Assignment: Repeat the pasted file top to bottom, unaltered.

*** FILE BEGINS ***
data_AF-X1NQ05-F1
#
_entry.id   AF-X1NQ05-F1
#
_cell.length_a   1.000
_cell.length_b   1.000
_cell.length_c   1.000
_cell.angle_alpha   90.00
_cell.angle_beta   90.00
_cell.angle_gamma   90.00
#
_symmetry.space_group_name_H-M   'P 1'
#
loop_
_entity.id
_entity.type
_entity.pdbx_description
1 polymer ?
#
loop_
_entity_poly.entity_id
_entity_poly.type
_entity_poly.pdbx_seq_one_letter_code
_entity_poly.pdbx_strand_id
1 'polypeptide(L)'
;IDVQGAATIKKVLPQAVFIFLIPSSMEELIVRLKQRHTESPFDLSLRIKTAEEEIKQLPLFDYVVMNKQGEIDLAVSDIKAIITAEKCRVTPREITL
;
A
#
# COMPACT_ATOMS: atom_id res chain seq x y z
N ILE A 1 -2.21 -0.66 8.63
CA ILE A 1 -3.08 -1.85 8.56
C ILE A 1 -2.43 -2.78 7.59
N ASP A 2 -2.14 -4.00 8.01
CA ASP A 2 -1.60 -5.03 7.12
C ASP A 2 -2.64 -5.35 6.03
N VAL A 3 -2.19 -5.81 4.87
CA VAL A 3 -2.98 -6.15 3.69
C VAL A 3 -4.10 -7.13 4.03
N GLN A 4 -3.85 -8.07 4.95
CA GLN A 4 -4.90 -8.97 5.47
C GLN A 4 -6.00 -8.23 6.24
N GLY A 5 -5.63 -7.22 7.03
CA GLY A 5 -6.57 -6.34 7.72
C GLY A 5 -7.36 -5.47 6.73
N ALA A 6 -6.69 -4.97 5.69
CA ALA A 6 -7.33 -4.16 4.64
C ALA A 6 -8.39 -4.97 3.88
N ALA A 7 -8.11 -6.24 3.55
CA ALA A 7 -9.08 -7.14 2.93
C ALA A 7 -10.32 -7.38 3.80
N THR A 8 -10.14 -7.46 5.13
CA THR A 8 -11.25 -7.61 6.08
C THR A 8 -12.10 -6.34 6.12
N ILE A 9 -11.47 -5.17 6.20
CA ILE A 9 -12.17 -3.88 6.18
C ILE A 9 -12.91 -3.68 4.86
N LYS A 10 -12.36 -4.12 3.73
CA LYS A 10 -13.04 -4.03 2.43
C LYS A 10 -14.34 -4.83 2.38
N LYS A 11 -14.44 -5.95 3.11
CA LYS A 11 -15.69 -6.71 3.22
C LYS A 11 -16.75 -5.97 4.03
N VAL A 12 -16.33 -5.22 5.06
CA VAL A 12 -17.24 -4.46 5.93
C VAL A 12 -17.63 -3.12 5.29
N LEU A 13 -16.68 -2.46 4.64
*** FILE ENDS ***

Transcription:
data_AF-X1NQ05-F1
#
_entry.id   AF-X1NQ05-F1
#
_cell.length_a   1.000
_cell.length_b   1.000
_cell.length_c   1.000
_cell.angle_alpha   90.00
_cell.angle_beta   90.00
_cell.angle_gamma   90.00
#
_symmetry.space_group_name_H-M   'P 1'
#
loop_
_entity.id
_entity.type
_entity.pdbx_description
1 polymer ?
#
loop_
_entity_poly.entity_id
_entity_poly.type
_entity_poly.pdbx_seq_one_letter_code
_entity_poly.pdbx_strand_id
1 'polypeptide(L)'
;IDVQGAATIKKVLPQAVFIFLIPSSMEELIVRLKQRHTESPFDLSLRIKTAEEEIKQLPLFDYVVMNKQGEIDLAVSDIKAIITAEKCRVTPREITL
;
A
#
# COMPACT_ATOMS: atom_id res chain seq x y z
N ILE A 1 -2.21 -0.66 8.63
CA ILE A 1 -3.08 -1.85 8.56
C ILE A 1 -2.43 -2.78 7.59
N ASP A 2 -2.14 -4.00 8.01
CA ASP A 2 -1.60 -5.03 7.12
C ASP A 2 -2.64 -5.35 6.03
N VAL A 3 -2.19 -5.81 4.87
CA VAL A 3 -2.98 -6.15 3.69
C VAL A 3 -4.10 -7.13 4.03
N GLN A 4 -3.85 -8.07 4.95
CA GLN A 4 -4.90 -8.97 5.47
C GLN A 4 -6.00 -8.23 6.24
N GLY A 5 -5.63 -7.22 7.03
CA GLY A 5 -6.57 -6.34 7.72
C GLY A 5 -7.36 -5.47 6.73
N ALA A 6 -6.69 -4.97 5.69
CA ALA A 6 -7.33 -4.16 4.64
C ALA A 6 -8.39 -4.97 3.88
N ALA A 7 -8.11 -6.24 3.55
CA ALA A 7 -9.08 -7.14 2.93
C ALA A 7 -10.32 -7.38 3.80
N THR A 8 -10.14 -7.46 5.13
CA THR A 8 -11.25 -7.61 6.08
C THR A 8 -12.10 -6.34 6.12
N ILE A 9 -11.47 -5.17 6.20
CA ILE A 9 -12.17 -3.88 6.18
C ILE A 9 -12.91 -3.68 4.86
N LYS A 10 -12.36 -4.12 3.73
CA LYS A 10 -13.04 -4.03 2.43
C LYS A 10 -14.34 -4.83 2.38
N LYS A 11 -14.44 -5.95 3.11
CA LYS A 11 -15.69 -6.71 3.22
C LYS A 11 -16.75 -5.97 4.03
N VAL A 12 -16.33 -5.22 5.06
CA VAL A 12 -17.24 -4.46 5.93
C VAL A 12 -17.63 -3.12 5.29
N LEU A 13 -16.68 -2.46 4.64